Chronicling the life and career of US Supreme Court Justice Ruth Bader Ginsburg, aka “the Notorious RBG,” as the internet has branded her in recent years, RBG is a fairly standard biographical profile. But Ginsburg, who has been on the bench for 25 years, has developed a sort of cult following since gaining a reputation as a dissenting voice, particularly on issues where she comes off as having the liberal opinion and in continuing her longtime support of gender equality. In RBG, she’s labeled a real-life “superhero” by interviewee Gloria Steinem.

In being about a political figure, RBG‘s success is not entirely out of nowhere. The top-selling documentaries of all time include such politically charged films as Michael Moore’s Fahrenheit 9/11 and Bowling for Columbine, as well as Dinesh D’Souza’s America and 2016: Obama’s America. You could even include An Inconvenient Truth, the sequel to which was one of last year’s best sellers. Still, docs about single humans who aren’t in the music business (never mind NPR’s Nina Totenberg calling Ginsburg a “rock star” in the film) are rarely hits of this size. Animal docs and concert films rule for the genre. Appropriately, RBG goes against the grain.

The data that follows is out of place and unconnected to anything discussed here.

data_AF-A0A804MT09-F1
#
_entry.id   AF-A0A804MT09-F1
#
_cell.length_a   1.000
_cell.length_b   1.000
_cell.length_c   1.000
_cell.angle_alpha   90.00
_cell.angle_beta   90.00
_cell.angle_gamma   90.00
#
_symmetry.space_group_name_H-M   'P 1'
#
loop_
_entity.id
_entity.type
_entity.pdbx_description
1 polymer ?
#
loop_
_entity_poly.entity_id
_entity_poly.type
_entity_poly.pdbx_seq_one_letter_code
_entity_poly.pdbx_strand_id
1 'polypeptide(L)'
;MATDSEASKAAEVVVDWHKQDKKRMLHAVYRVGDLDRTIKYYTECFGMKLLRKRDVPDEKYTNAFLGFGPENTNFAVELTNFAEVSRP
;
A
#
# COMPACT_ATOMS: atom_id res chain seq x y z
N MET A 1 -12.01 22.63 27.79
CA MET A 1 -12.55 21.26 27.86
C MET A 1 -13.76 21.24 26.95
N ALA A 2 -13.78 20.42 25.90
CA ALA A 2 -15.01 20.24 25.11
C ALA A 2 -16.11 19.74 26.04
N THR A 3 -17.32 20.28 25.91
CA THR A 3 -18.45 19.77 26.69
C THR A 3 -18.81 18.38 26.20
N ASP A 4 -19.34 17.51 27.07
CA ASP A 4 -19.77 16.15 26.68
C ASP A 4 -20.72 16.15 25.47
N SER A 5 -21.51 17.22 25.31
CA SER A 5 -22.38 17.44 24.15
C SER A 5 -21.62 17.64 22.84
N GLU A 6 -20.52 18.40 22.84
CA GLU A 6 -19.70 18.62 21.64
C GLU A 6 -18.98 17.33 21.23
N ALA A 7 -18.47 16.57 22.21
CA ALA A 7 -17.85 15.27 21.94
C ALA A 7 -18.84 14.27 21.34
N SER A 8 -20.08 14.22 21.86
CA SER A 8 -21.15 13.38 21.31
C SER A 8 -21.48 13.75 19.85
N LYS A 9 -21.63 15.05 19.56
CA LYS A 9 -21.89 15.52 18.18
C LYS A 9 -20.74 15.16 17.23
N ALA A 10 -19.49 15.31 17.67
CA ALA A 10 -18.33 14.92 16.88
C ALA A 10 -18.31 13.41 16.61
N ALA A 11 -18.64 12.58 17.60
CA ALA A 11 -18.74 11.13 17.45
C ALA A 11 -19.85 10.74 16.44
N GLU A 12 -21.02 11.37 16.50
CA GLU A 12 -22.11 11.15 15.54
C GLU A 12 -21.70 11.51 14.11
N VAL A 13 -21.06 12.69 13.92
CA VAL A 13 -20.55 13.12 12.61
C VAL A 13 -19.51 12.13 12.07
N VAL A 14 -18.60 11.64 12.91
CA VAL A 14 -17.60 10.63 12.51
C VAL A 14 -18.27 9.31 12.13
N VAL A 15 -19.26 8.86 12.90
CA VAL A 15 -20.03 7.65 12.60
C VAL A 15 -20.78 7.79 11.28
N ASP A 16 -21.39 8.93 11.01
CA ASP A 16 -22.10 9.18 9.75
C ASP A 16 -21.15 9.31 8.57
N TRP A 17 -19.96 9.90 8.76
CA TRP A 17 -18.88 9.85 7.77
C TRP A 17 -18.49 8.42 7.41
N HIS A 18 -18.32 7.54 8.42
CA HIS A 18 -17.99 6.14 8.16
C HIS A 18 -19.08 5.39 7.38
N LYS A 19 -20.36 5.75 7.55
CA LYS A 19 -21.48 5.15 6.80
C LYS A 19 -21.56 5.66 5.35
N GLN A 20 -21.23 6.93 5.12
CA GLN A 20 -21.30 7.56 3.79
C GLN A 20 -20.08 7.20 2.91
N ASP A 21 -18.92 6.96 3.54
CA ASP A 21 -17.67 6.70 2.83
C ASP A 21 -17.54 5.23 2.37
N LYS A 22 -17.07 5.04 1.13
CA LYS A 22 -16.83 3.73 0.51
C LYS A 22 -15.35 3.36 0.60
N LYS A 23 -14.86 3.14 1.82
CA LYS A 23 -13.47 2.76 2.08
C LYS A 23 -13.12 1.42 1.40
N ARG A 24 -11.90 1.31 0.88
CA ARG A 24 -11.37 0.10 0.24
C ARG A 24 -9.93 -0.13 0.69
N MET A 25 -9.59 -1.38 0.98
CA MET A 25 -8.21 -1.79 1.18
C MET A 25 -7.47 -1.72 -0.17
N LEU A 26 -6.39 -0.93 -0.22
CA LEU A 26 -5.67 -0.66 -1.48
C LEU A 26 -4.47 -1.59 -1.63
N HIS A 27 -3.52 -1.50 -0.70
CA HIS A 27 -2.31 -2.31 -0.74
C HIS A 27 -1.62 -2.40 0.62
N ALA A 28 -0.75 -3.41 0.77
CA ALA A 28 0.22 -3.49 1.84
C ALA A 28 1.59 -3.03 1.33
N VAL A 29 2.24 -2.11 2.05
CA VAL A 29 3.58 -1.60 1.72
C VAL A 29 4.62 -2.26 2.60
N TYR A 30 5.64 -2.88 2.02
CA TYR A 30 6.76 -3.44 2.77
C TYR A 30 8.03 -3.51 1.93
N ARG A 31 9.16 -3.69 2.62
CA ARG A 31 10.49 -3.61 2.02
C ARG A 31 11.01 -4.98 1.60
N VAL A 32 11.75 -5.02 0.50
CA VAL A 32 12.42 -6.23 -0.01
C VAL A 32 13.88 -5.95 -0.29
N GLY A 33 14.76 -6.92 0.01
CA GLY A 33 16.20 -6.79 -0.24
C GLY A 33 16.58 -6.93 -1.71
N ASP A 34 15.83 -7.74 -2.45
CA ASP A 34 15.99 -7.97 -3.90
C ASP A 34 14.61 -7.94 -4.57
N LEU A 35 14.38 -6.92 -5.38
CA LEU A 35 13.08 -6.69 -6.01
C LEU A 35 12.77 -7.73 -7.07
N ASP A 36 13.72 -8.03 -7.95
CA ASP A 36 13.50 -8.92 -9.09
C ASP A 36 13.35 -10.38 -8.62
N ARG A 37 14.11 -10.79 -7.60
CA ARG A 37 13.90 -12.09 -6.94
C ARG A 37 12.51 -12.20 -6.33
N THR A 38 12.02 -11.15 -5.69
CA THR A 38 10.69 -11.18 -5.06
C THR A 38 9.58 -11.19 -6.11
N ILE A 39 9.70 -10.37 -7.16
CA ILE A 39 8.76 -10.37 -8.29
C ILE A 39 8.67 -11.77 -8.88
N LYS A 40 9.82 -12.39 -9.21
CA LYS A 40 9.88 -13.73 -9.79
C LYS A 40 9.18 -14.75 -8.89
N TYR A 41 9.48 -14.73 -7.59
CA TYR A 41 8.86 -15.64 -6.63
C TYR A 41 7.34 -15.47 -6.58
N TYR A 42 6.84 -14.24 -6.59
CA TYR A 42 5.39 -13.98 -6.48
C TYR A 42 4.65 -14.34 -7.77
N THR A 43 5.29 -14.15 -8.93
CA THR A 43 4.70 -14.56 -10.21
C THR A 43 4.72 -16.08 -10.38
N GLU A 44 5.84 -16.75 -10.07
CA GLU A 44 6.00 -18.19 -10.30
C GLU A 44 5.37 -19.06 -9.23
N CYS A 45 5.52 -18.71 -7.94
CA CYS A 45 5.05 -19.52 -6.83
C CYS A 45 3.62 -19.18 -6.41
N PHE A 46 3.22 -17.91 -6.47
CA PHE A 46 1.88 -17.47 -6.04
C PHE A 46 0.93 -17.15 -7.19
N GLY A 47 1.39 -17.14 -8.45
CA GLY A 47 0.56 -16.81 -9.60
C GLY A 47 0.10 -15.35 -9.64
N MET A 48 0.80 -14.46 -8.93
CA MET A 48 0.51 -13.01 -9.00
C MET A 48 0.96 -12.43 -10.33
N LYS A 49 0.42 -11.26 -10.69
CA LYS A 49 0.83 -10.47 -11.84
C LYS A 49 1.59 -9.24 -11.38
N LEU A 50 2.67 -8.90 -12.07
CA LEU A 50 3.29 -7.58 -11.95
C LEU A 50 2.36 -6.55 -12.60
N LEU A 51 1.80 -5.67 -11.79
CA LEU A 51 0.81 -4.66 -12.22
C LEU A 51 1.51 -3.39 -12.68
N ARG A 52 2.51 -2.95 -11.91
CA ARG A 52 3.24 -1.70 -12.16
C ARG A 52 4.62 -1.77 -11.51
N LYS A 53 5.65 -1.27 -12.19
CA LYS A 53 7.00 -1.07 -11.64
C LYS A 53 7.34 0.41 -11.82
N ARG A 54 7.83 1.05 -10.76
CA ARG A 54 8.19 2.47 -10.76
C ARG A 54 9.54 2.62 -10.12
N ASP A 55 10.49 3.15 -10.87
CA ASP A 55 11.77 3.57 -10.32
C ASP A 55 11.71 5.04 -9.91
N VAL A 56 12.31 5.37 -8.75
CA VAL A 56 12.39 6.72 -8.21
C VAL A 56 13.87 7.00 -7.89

In other remarkable box office news, fellow nonfiction release Pope Francis – A Man of His Word, debuted in 16th place despite only showing on 346 screens. And the 50th anniversary re-release of 2001: A Space Odyssey cracked the top 20 for the weekend while showing at only four locations. Stanley Kubrick’s sci-fi classic had the best per-screen average with 5,500 tickets sold at each of those theaters. Also successful in limited release were Paul Schrader’s acclaimed latest, First Reformed, which sold about 11,000 tickets over just four screens, and the Grey Gardens prequel That Summer, which sold about 700 tickets at just one theater.

One box office figure I can’t explain is the jump for Super Troopers 2. The movie decreased its theater count by about two-thirds yet managed to increase its ticket sales and spot on the box office chart over last weekend. Perhaps the fact that, like Deadpool 2, it’s another R-rated comedy sequel (that also saw its best numbers on its first day) had something to do with the sudden surge. I’ve spotted quite a few tweets from moviegoers stating that a Deadpool 2 and Super Troopers 2 double was the thing to do over the weekend. (Maybe some of you also took my recommendation to watch RBG after you see Deadpool 2 and made that a double feature?)

Book Club Fonda